To respond to the trial in lack of anticipation made by his opponents, Macron insisted Wednesday evening on the comparable measures taken these days by several European countries.
Without surprise, the curfew decreed Wednesday evening by Emmanuel Macron triggered an avalanche of particularly harsh criticism. Nearly 20 million people are affected by this measure which applies wherever the virus “Circulates very actively” : in the conurbations of Paris, Lille, Grenoble, Lyon, Aix-Marseille, Montpellier, Rouen, Toulouse and Saint-Etienne. Sometimes smiling and rather relaxed, the Head of State was keen not to dramatize his announcements. This is why he had chosen to go through the interview, a formula less solemn and less dramatic than theaddress to the French retained on March 16 for the announcement of confinement. While acknowledging that he is «cruel» to have to give up “Moments of conviviality”, he tried to play down the drama: if all goes well, the nightlife could “Gradually resume” six weeks from now and Christmas is going almost normally. No reason, therefore, to give in to “the panic”. He even found in this battle a “Reason to hope” : “We are relearning to be a nation of united citizens. […] We will emerge stronger because we will be more united. ”
Suffice to say that these fine words have not disarmed the oppositions. The leader of the rebels Jean-Luc Mélenchon was indignant that the French were deprived of “Outings to the bar and restaurant” while they are asked to continue working and studying although it is established that 60% of the contaminations take place “At work, at school or at university”. The Minister of Health, Olivier Véran, replied on Twitter : “You confuse clusters and diagnostics. Too bad to argue at a time when we want to preserve education, safeguard jobs, and fight effectively against this epidemic in the interest of the French. ” Many opponents saw in this brutal curfew the distressing consequence of a lack of anticipation. “The French are unfortunately paying this evening for the inability of an executive to strengthen the resources of our French hospitals”, thus affirmed Senator LR of Bouches-du-Rhône Valérie Boyer. Opinion shared by Thierry Mariani (RN): “The French and entire sections of our economy will pay for the negligence of Macron and this government!”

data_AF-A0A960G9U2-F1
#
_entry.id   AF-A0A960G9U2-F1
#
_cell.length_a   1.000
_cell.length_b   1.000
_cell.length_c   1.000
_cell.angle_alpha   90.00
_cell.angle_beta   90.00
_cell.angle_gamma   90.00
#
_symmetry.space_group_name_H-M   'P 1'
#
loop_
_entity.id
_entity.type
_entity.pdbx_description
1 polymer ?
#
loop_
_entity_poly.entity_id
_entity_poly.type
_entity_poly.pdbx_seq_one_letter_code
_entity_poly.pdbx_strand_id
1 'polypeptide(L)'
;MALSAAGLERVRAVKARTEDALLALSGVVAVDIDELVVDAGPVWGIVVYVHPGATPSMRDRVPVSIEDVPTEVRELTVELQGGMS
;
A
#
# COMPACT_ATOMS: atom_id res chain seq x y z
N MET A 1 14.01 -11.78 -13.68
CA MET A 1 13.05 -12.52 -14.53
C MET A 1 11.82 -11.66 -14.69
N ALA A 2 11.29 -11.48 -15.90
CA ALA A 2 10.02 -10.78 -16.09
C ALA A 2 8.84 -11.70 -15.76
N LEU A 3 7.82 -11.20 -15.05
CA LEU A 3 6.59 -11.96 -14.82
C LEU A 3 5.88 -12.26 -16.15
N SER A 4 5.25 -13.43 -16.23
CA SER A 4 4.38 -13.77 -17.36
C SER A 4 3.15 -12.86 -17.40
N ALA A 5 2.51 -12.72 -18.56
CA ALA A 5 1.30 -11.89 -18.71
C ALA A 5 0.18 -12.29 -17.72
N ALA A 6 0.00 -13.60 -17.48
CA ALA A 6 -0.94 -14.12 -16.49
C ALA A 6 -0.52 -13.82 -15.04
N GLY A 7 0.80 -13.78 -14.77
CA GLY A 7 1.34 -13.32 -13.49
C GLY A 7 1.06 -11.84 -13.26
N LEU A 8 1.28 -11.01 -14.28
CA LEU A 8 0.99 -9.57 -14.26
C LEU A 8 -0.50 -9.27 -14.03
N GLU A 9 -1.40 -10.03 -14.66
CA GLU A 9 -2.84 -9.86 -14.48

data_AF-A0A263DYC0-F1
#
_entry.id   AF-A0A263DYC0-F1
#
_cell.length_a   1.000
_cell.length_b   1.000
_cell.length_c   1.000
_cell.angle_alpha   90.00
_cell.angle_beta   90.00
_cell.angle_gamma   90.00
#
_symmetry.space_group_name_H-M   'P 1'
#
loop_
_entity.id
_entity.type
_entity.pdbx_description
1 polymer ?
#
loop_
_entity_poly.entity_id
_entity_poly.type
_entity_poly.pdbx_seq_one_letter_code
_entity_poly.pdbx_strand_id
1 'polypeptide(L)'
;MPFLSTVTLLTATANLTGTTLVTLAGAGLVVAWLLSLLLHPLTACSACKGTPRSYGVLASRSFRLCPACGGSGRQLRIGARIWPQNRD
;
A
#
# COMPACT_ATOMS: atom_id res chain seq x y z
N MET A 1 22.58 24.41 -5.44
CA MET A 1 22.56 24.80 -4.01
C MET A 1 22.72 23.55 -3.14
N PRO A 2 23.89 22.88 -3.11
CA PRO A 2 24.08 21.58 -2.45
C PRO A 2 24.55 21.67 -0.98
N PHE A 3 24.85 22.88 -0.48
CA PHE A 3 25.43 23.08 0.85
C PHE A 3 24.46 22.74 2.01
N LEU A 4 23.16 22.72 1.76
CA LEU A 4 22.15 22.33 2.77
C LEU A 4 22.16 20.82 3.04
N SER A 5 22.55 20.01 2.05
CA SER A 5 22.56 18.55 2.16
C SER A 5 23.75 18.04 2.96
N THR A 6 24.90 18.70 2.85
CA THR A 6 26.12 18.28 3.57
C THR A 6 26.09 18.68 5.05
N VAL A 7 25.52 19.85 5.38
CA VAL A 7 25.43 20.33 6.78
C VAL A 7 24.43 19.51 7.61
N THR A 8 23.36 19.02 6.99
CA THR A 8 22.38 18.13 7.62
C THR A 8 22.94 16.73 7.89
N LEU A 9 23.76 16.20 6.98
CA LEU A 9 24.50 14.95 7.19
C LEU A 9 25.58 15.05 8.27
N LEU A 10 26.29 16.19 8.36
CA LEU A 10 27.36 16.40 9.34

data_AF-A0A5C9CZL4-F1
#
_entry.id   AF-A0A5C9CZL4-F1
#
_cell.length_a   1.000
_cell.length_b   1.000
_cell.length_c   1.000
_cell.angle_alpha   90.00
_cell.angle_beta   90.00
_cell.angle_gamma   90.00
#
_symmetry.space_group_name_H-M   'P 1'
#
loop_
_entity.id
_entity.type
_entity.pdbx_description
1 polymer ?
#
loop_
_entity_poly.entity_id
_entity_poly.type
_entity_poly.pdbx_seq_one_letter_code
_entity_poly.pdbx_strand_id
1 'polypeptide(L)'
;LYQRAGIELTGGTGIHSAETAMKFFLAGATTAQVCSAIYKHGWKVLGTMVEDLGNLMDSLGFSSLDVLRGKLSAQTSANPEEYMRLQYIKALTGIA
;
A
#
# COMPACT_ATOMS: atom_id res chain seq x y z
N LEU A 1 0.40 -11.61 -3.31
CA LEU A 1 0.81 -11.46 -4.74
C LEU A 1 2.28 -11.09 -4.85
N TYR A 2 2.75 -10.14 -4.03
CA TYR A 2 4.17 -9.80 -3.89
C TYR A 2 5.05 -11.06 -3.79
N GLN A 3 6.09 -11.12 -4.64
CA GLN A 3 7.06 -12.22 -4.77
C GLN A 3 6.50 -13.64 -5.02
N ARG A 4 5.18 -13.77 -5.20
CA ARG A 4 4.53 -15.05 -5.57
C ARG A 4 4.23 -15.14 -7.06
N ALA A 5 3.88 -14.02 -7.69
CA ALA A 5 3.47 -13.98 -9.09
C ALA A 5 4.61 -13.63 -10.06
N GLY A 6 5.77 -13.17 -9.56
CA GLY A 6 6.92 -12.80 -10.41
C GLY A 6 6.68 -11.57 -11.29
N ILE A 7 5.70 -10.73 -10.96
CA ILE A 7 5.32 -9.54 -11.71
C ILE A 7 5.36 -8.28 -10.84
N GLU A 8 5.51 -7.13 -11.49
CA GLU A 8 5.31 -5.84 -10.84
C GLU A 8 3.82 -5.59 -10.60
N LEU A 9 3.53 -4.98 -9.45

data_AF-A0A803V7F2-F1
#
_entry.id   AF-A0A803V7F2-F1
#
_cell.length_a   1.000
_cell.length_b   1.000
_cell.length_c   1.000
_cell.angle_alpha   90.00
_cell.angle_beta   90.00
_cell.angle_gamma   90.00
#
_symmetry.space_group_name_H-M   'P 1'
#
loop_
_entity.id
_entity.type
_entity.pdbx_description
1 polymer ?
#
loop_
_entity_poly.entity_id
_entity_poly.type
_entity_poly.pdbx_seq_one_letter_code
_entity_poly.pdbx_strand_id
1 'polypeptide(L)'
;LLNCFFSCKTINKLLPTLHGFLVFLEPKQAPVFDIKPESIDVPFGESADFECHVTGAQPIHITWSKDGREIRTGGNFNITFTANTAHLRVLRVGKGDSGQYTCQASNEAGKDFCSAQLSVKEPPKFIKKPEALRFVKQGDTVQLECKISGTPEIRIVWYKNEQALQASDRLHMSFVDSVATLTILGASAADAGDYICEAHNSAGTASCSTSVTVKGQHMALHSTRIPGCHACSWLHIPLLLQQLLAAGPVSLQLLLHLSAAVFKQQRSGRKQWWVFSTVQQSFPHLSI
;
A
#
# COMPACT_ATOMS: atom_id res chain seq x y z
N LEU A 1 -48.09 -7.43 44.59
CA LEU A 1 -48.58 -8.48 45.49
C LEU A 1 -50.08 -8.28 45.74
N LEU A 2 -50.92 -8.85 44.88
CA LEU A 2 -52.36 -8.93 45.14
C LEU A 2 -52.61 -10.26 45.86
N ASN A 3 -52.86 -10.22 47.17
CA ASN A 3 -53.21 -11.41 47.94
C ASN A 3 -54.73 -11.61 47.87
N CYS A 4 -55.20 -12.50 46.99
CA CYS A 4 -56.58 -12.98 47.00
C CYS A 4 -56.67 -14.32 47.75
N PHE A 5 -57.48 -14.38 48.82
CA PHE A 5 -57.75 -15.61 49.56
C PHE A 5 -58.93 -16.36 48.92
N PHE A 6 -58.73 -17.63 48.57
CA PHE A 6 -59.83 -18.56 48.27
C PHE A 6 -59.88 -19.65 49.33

“It goes back all over Europe”
Throughout his forty minutes of televised interview, the Head of State endeavored to demine these criticisms by arguing that the epidemic was resuming beyond national borders with a comparable intensity: “We are in what we called this second wave and it goes back all over Europe”, he declared at the outset, referring to the case of Spain and especially the Netherlands, whose “Very worrying situation”. With “More cases than we reported to the situation”, he stressed that the Dutch government had also taken very difficult decisions. Prime Minister Mark Rutte on Tuesday actually announced a “Partial containment” with closure of all bars and restaurants. “It will hurt, but it is the only solution”, he declared while his country, relatively spared by the first wave, recorded the third highest rate of new contaminations per 100,000 inhabitants in Europe, behind the Czech Republic and Belgium. Northern Ireland has also just announced the closure of pubs and restaurants from Friday, as well as schools for two weeks. Drastic measures are also increasing in several regions of Spain. On Wednesday evening, Macron did not fail to point out that even the irreproachable Germany imposed new restrictions to slow the circulation of the virus. The Chancellor also indicated Wednesday evening that she considered them insufficient. The number of new daily patients is however three times less important than in France.
To respond to the lawsuits made against him by his opponents, the Head of State highlights the first conclusions of the evaluation report that the Swiss infectious disease specialist Didier Pittet has just submitted to him. While pointing “Manifest flaws in anticipation, preparation and management” from the health crisis last spring, this report concludes that France is not doing too badly in international comparisons. Based on the indicator which seems to him the most relevant (number of days spent above the threshold of 1 Covid death per million inhabitants), it appears that France did less well than Germany and Switzerland , but better than UK, Italy, Spain, Sweden or, of course, USA. Deeming it obviously comforting, Macron referred several times, Wednesday evening, to this grim record.